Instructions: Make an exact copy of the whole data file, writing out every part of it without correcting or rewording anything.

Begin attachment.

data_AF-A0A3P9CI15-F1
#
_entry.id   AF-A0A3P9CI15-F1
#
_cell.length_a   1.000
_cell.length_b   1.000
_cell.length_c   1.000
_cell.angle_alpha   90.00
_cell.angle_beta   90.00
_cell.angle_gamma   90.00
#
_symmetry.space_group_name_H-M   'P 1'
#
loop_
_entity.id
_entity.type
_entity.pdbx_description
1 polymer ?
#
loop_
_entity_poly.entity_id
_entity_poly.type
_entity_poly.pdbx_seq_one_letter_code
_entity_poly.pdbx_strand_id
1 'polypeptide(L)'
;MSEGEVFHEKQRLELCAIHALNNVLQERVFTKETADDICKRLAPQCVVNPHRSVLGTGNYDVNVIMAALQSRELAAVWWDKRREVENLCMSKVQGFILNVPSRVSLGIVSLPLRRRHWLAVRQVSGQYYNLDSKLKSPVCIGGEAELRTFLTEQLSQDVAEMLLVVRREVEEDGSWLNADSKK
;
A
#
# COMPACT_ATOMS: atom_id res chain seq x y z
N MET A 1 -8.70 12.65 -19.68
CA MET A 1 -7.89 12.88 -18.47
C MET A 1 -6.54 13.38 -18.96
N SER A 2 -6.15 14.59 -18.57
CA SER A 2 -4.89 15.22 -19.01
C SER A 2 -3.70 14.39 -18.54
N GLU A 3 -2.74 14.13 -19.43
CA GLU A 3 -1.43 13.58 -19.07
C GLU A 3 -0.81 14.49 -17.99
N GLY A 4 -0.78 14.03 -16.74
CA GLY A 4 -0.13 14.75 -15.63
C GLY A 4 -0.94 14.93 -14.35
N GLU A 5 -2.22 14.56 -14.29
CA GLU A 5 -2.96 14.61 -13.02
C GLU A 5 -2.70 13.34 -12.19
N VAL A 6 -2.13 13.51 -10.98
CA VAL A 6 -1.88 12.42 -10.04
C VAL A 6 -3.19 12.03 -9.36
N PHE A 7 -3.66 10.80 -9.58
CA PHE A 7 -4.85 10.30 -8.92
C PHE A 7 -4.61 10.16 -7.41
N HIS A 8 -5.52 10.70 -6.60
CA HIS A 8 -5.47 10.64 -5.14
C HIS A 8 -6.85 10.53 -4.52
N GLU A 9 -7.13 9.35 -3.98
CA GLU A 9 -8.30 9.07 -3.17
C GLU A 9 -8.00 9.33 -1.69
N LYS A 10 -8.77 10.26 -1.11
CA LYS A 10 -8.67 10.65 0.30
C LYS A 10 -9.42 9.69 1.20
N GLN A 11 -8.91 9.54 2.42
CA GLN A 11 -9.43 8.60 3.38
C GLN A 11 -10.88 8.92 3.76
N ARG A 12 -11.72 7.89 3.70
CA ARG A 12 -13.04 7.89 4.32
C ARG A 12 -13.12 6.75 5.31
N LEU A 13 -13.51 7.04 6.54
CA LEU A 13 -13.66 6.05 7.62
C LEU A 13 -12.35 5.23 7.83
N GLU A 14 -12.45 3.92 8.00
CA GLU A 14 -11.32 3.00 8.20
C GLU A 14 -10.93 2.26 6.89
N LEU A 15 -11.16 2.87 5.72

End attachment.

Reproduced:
data_AF-A0A3P9CI15-F1
#
_entry.id   AF-A0A3P9CI15-F1
#
_cell.length_a   1.000
_cell.length_b   1.000
_cell.length_c   1.000
_cell.angle_alpha   90.00
_cell.angle_beta   90.00
_cell.angle_gamma   90.00
#
_symmetry.space_group_name_H-M   'P 1'
#
loop_
_entity.id
_entity.type
_entity.pdbx_description
1 polymer ?
#
loop_
_entity_poly.entity_id
_entity_poly.type
_entity_poly.pdbx_seq_one_letter_code
_entity_poly.pdbx_strand_id
1 'polypeptide(L)'
;MSEGEVFHEKQRLELCAIHALNNVLQERVFTKETADDICKRLAPQCVVNPHRSVLGTGNYDVNVIMAALQSRELAAVWWDKRREVENLCMSKVQGFILNVPSRVSLGIVSLPLRRRHWLAVRQVSGQYYNLDSKLKSPVCIGGEAELRTFLTEQLSQDVAEMLLVVRREVEEDGSWLNADSKK
;
A
#
# COMPACT_ATOMS: atom_id res chain seq x y z
N MET A 1 -8.70 12.65 -19.68
CA MET A 1 -7.89 12.88 -18.47
C MET A 1 -6.54 13.38 -18.96
N SER A 2 -6.15 14.59 -18.57
CA SER A 2 -4.89 15.22 -19.01
C SER A 2 -3.70 14.39 -18.54
N GLU A 3 -2.74 14.13 -19.43
CA GLU A 3 -1.43 13.58 -19.07
C GLU A 3 -0.81 14.49 -17.99
N GLY A 4 -0.78 14.03 -16.74
CA GLY A 4 -0.13 14.75 -15.63
C GLY A 4 -0.94 14.93 -14.35
N GLU A 5 -2.22 14.56 -14.29
CA GLU A 5 -2.96 14.61 -13.02
C GLU A 5 -2.70 13.34 -12.19
N VAL A 6 -2.13 13.51 -10.98
CA VAL A 6 -1.88 12.42 -10.04
C VAL A 6 -3.19 12.03 -9.36
N PHE A 7 -3.66 10.80 -9.58
CA PHE A 7 -4.85 10.30 -8.92
C PHE A 7 -4.61 10.16 -7.41
N HIS A 8 -5.52 10.70 -6.60
CA HIS A 8 -5.47 10.64 -5.14
C HIS A 8 -6.85 10.53 -4.52
N GLU A 9 -7.13 9.35 -3.98
CA GLU A 9 -8.30 9.07 -3.17
C GLU A 9 -8.00 9.33 -1.69
N LYS A 10 -8.77 10.26 -1.11
CA LYS A 10 -8.67 10.65 0.30
C LYS A 10 -9.42 9.69 1.20
N GLN A 11 -8.91 9.54 2.42
CA GLN A 11 -9.43 8.60 3.38
C GLN A 11 -10.88 8.92 3.76
N ARG A 12 -11.72 7.89 3.70
CA ARG A 12 -13.04 7.89 4.32
C ARG A 12 -13.12 6.75 5.31
N LEU A 13 -13.51 7.04 6.54
CA LEU A 13 -13.66 6.05 7.62
C LEU A 13 -12.35 5.23 7.83
N GLU A 14 -12.45 3.92 8.00
CA GLU A 14 -11.32 3.00 8.20
C GLU A 14 -10.93 2.26 6.89
N LEU A 15 -11.16 2.87 5.72